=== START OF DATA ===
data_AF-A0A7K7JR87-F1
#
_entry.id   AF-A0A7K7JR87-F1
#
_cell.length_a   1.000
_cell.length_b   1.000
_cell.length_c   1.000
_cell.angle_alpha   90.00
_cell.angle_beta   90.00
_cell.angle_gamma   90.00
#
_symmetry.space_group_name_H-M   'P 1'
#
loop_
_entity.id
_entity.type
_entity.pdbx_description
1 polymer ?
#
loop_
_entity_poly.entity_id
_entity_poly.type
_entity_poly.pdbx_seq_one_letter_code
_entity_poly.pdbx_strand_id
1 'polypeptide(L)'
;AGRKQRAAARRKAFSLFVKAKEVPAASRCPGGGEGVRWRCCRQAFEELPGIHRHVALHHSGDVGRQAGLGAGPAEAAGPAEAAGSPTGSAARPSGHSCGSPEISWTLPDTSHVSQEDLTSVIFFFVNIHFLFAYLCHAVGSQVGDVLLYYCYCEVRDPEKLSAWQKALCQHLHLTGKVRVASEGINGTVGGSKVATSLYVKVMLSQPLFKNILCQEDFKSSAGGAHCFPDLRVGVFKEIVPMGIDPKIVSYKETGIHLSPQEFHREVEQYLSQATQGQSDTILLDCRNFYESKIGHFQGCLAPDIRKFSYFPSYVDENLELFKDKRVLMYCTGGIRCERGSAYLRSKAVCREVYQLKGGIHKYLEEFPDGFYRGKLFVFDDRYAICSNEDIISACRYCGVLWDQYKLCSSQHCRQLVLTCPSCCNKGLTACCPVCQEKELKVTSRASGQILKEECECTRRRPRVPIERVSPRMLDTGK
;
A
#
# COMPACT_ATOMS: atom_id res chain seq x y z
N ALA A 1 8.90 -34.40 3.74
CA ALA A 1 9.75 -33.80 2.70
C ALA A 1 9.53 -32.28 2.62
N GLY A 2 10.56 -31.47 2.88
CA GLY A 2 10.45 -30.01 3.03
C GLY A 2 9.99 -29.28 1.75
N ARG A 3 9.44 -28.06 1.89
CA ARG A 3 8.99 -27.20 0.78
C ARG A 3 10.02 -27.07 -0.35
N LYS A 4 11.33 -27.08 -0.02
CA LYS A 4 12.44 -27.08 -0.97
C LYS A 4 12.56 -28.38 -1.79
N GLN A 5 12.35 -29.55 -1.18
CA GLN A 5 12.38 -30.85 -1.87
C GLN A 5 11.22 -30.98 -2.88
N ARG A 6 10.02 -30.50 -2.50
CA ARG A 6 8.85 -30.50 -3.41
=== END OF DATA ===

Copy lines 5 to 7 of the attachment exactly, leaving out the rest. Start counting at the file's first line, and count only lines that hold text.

_cell.length_a   1.000
_cell.length_b   1.000
_cell.length_c   1.000